What is CALI?   
Photos from application of CALI in support of the Sustainable Productive Landscapes project in Peru. ©UNDP

The “Causality Assessment for Landscapes Intervention” (CALI) is a methodology that “supports adaptive management through promoting continuous, participatory reflection on the effectiveness of project interventions in reducing deforestation at landscape or jurisdictional level.” This adaptive approach is especially useful for teams who work in systems in complex and or rapidly changing contexts. CALI was conceived by the collaborative efforts of the United Nations Development Programme Food and Agricultural Commodity Systems (UNDP FACS) team and the Good Growth Partnership (GGP) projects in Liberia, Indonesia, and Paraguay. It provides landscape and jurisdictional approaches (LJA) project teams with a practical methodology to explore causality along their impact pathways with a systems lens, including through engaging in deep conversations with landscape stakeholders.

CALI operates by fostering collaborative discussions among key stakeholders in the local landscape. These discussions focus on exploring the project's theory of change, dissecting causality, and scrutinizing the validity of foundational assumptions. Throughout this process, the intricate context of the complex system fueling deforestation in the landscape remains a central consideration. 

How does it work? 

The CALI methodology is composed of 5 key steps, which are presented below. Teams are encouraged to engage with the methodology at least 2 times during a programme or project lifecycle: at the outset and midway through, to ensure implementing teams have the adequate time to react to the insights they gain through the process. Implementing teams are recommended to onboard experienced System Mapping and adaptive management facilitators to support the process. The following steps apply to every application of CALI, with minor variations depending on whether it is the first or a subsequent iteration, and on the timing of implementation.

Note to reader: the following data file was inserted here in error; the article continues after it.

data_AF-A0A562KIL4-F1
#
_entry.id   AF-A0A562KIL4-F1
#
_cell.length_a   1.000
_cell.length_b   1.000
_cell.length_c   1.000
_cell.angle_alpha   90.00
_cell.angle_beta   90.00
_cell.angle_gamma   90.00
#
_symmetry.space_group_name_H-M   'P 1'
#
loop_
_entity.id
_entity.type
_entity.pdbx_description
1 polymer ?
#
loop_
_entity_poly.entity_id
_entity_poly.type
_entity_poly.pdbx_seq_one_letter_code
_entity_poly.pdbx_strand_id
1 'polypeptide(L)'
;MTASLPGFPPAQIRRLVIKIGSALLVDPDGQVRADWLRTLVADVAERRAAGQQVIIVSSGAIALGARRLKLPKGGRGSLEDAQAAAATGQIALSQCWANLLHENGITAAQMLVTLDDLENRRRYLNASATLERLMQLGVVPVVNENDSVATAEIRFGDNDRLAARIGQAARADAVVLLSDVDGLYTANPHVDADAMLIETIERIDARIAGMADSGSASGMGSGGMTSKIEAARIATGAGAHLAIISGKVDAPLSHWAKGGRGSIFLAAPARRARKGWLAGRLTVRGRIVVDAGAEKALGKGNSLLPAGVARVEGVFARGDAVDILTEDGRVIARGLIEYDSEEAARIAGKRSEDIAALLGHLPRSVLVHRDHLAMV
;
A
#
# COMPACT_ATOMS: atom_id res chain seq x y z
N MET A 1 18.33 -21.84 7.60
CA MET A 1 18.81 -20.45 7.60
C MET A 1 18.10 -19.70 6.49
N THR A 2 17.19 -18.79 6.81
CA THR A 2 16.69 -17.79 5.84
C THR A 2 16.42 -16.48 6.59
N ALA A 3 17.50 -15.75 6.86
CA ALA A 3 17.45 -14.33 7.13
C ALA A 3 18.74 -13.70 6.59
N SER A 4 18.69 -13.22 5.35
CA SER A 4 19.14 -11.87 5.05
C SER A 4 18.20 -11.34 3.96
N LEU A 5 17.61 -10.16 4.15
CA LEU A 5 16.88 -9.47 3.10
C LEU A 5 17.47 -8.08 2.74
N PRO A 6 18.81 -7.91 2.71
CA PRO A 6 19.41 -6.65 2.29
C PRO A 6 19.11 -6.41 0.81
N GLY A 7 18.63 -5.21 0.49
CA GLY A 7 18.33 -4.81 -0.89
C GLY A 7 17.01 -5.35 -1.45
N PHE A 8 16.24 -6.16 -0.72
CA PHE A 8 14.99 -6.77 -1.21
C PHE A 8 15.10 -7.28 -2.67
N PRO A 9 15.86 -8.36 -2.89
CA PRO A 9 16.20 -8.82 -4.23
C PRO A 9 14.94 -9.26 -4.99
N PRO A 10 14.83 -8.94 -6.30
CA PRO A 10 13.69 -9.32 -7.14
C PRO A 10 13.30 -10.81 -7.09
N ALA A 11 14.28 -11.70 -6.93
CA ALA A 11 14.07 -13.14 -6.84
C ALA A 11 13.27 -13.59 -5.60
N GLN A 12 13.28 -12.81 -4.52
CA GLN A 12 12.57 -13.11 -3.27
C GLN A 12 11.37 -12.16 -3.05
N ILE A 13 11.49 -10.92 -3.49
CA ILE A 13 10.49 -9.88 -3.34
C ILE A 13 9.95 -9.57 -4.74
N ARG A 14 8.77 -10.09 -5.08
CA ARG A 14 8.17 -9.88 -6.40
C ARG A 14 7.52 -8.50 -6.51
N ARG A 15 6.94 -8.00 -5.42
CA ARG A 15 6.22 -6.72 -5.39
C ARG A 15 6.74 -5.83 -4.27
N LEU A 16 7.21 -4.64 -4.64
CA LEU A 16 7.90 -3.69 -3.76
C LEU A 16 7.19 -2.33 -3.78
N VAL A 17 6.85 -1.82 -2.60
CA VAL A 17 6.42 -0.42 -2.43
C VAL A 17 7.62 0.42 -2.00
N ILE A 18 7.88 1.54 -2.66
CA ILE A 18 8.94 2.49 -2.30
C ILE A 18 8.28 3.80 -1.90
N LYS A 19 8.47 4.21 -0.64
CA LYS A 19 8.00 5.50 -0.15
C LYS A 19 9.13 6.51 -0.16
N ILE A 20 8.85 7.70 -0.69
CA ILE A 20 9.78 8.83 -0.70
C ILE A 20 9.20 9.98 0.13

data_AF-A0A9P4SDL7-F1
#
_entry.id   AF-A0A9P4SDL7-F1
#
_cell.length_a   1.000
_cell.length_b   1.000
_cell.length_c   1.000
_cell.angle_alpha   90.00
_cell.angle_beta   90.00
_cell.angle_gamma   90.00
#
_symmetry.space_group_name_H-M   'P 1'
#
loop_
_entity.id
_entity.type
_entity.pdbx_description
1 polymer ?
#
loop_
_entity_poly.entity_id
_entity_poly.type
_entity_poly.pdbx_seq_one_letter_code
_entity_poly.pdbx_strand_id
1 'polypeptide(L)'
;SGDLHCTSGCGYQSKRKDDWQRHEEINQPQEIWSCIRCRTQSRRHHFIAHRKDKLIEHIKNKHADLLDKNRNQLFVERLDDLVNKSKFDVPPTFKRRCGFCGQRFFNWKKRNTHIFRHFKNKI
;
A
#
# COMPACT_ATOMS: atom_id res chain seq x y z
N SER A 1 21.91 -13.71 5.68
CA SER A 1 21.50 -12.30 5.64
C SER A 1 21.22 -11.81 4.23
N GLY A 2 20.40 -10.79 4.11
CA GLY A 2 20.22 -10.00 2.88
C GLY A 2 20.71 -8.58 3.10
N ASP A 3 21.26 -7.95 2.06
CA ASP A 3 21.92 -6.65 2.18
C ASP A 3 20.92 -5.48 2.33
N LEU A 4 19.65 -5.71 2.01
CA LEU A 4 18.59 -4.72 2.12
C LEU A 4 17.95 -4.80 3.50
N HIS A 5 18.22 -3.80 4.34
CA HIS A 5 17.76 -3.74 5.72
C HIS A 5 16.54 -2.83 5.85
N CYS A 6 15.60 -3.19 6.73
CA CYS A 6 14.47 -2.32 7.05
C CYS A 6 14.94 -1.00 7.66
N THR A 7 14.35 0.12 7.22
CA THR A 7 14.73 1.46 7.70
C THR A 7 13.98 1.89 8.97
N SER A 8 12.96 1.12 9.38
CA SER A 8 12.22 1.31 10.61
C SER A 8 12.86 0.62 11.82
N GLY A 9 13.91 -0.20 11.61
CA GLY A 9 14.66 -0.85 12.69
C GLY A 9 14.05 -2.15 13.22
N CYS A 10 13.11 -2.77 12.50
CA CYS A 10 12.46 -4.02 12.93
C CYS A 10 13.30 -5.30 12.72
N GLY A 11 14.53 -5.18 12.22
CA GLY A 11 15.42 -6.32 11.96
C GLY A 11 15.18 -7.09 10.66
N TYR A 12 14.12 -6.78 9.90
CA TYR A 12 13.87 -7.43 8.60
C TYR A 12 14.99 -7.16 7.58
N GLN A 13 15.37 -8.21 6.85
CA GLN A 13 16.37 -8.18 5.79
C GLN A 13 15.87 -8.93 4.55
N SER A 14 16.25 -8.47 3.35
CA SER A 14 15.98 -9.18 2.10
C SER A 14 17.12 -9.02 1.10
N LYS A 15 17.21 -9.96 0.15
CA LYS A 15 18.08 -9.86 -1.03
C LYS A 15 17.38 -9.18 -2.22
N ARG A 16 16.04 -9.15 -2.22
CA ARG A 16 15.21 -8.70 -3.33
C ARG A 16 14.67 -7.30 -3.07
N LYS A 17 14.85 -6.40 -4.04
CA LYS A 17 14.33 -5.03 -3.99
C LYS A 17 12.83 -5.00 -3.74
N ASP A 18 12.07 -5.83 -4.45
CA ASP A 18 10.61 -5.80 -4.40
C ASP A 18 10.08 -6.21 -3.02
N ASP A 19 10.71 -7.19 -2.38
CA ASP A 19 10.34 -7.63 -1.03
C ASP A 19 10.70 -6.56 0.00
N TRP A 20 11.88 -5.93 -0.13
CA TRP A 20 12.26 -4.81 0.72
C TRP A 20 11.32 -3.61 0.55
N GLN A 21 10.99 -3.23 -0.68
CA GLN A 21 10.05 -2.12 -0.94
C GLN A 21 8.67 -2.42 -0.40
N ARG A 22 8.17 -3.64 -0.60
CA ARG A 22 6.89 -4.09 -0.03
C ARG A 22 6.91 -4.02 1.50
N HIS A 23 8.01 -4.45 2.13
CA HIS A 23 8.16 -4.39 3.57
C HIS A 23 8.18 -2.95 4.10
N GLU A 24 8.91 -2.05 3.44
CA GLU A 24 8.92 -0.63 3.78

Step 1: Preparation

A CALI project manager must be appointed and tasked with developing an implementation plan that outlines the time and resources required to implement the methodology to adapt the project Theory of Change (ToC) in real time. Many inputs must be retrieved or prepared, including project monitoring data and a thorough stakeholder analysis.

Step 2: Initial System Map:

Project teams ought to collaborate with community partners to develop a System Map, thereby deepening their comprehension of the intricate system dynamics causing deforestation in the designated landscape. External facilitators can support the team to develop a physical and digital map leveraging a range of participatory methods.

Step 3: Identify Project Impact Areas within the System Map:

Through this step, the project team and key stakeholders will start making sense of the project’s existing theory of change (ToC) considering the broader system/s driving deforestation at the landscape or jurisdictional level. This will allow them to identify any blind sports, while reviewing key project assumptions.

Step 4: Review Project Impact Pathways: